New Drug Guards Heart From Cardiac Rupture Following Myocardial Infarction – ZMR Blog
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New Drug Guards Heart From Cardiac Rupture Following Myocardial Infarction

New Drug Guards Heart From Cardiac Rupture Following Myocardial Infarction

At present, there are several drug types available for heart failure. Of which, a new drug LCZ696 is advised by the US laws as a first-line therapy for chronic heart failure. Compared to conventional drugs, LCZ696 is superior at decreasing hospitalization and cardiac death owing to heart failure. A research team from the Kumamoto University, Japan, has now discovered that LCZ696 can put off heart failure and cardiac rupture subsequent to acute myocardial infarction—one of the reasons for chronic heart failure.

Across the globe, heart disease is the foremost reason of death and the most of those deaths result from acute myocardial infarction and heart failure. Previously, ARBs (Angiotensin II Receptor Blockers) or ACE inhibitors (angiotensin-converting enzyme inhibitors) were utilized in conjunction with other drugs as the primary treatment for acute myocardial infarction and heart failure. ARBs and ACE inhibitors hinder the system accountable for controlling BP, RAAS (Renin—Angiotensin—Aldosterone System), which leads to high BP when it becomes overzealous.

LCZ696 is a drug that blends Sacubitril and Valsartan—one that has an organ-protective effect and other a conventional antihypertensive drug. Sacubitril obstructs neprilysin that crumbles hormones produced primarily from the heart known as B-type natriuretic peptide and atrial natriuretic peptide.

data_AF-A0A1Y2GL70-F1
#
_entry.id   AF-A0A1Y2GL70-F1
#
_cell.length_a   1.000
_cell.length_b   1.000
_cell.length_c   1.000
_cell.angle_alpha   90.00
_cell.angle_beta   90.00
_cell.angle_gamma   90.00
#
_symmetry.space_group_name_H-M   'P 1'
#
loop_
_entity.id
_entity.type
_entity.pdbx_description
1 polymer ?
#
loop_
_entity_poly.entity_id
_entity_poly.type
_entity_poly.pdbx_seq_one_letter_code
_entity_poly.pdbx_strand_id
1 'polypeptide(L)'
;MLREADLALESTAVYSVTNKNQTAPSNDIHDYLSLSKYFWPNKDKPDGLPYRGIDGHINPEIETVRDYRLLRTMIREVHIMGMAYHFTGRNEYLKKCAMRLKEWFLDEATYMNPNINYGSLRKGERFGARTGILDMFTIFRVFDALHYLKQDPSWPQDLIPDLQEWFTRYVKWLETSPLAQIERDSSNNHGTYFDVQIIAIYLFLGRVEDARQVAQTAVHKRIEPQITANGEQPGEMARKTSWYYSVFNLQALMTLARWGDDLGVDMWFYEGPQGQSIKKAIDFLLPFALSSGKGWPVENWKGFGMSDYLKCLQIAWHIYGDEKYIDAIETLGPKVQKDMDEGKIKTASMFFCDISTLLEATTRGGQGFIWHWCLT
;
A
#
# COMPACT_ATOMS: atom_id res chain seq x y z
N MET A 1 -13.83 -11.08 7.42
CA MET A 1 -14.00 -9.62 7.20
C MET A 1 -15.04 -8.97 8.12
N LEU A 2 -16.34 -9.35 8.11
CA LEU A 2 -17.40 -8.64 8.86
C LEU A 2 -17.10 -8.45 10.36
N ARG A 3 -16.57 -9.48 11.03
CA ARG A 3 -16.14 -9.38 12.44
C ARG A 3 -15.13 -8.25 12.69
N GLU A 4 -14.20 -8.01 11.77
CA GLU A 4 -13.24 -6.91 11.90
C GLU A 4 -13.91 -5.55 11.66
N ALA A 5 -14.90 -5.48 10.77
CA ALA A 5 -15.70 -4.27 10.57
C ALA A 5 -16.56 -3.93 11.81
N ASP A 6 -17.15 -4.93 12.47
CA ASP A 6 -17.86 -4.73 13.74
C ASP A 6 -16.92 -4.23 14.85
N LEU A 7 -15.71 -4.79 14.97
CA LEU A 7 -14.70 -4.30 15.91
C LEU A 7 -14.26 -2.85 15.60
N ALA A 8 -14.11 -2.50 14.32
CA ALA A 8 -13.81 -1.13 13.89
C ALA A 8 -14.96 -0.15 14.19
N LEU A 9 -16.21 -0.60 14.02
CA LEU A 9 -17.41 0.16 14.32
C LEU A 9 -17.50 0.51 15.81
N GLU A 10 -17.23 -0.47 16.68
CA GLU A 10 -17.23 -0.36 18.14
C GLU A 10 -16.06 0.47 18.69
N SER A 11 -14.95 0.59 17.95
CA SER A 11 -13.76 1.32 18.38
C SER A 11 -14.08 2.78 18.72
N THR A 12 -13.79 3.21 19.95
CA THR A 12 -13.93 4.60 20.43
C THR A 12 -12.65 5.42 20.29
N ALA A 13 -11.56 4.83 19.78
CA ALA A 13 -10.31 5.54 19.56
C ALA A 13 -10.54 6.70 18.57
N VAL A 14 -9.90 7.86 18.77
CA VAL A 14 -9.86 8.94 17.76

Microvascular obstruction

LCZ696 was recognized as a chronic heart failure therapy as it represses RAAS activity and improves the functioning of the natriuretic peptide system that guards the heart. Nevertheless, it is yet not apparent whether it is helpful in the acute stage of acute myocardial infarction that results in chronic heart failure. The wall between the non-necrotic and necrotic regions of the heart is worn out resulting in bleeding and rupture at the boundary in myocardial infarction. Around 10% of fatality from myocardial infarction is ascribed to cardiac rupture. Thus, the team scrutinized LCZ696’s effect with the use of an artificial myocardial infarction mouse model.

The day after the creation of the myocardial infarction model mice, they were separated into groups that (a) obtained LCZ696, (b) obtained an ACE inhibitor, and (3) did not obtain any therapy (control group). The team discovered that the rate of mortality owing to cardiac rupture taking place within 1 week following myocardial infarction was considerably lesser in the LCZ696 treatment group compared to other 2 groups.

Gene expression in the region of myocardial infarction was examined to look into the means by which LCZ696 could hold back cardiac rupture. The team discovered that the expression of genes concerned with inflammation-related cytokines (IL-6, IL-1) and in tissue degrading MMP-9 was evidently decreased in the LCZ696 treatment group. A rise in the MMP-9 gene function is known to be associated with the reason for cardiac rupture. Thus, this study has given a new approach to prevent the heart from cardiac rupture.

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